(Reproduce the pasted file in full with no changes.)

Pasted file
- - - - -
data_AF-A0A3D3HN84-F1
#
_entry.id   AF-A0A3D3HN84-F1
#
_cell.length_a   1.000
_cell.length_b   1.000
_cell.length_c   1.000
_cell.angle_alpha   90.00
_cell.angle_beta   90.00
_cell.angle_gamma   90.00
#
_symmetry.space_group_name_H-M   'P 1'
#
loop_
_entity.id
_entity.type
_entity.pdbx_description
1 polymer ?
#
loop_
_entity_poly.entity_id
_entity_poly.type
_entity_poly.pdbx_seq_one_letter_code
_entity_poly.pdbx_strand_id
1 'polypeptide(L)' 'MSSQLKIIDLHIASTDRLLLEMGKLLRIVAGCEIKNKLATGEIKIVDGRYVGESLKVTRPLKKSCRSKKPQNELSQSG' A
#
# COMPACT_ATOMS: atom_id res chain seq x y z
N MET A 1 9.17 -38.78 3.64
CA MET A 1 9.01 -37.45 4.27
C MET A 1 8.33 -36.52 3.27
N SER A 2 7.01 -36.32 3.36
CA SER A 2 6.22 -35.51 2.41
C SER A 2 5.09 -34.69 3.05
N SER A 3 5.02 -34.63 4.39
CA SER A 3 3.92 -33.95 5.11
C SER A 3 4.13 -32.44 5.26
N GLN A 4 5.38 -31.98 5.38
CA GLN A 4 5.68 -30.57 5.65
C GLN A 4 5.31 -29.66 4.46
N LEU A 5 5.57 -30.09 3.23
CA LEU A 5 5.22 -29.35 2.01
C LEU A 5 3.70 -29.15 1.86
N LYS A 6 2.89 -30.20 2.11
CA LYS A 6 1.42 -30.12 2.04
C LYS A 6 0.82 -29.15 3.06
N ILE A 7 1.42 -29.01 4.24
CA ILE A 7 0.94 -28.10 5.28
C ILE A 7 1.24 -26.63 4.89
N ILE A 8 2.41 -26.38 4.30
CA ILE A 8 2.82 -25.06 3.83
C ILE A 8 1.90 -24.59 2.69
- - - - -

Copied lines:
data_AF-A0A3D3HN84-F1
#
_entry.id   AF-A0A3D3HN84-F1
#
_cell.length_a   1.000
_cell.length_b   1.000
_cell.length_c   1.000
_cell.angle_alpha   90.00
_cell.angle_beta   90.00
_cell.angle_gamma   90.00
#
_symmetry.space_group_name_H-M   'P 1'
#
loop_
_entity.id
_entity.type
_entity.pdbx_description
1 polymer ?
#
loop_
_entity_poly.entity_id
_entity_poly.type
_entity_poly.pdbx_seq_one_letter_code
_entity_poly.pdbx_strand_id
1 'polypeptide(L)' 'MSSQLKIIDLHIASTDRLLLEMGKLLRIVAGCEIKNKLATGEIKIVDGRYVGESLKVTRPLKKSCRSKKPQNELSQSG' A
#
# COMPACT_ATOMS: atom_id res chain seq x y z
N MET A 1 9.17 -38.78 3.64
CA MET A 1 9.01 -37.45 4.27
C MET A 1 8.33 -36.52 3.27
N SER A 2 7.01 -36.32 3.36
CA SER A 2 6.22 -35.51 2.41
C SER A 2 5.09 -34.69 3.05
N SER A 3 5.02 -34.63 4.39
CA SER A 3 3.92 -33.95 5.11
C SER A 3 4.13 -32.44 5.26
N GLN A 4 5.38 -31.98 5.38
CA GLN A 4 5.68 -30.57 5.65
C GLN A 4 5.31 -29.66 4.46
N LEU A 5 5.57 -30.09 3.23
CA LEU A 5 5.22 -29.35 2.01
C LEU A 5 3.70 -29.15 1.86
N LYS A 6 2.89 -30.20 2.11
CA LYS A 6 1.42 -30.12 2.04
C LYS A 6 0.82 -29.15 3.06
N ILE A 7 1.42 -29.01 4.24
CA ILE A 7 0.94 -28.10 5.28
C ILE A 7 1.24 -26.63 4.89
N ILE A 8 2.41 -26.38 4.30
CA ILE A 8 2.82 -25.06 3.83
C ILE A 8 1.90 -24.59 2.69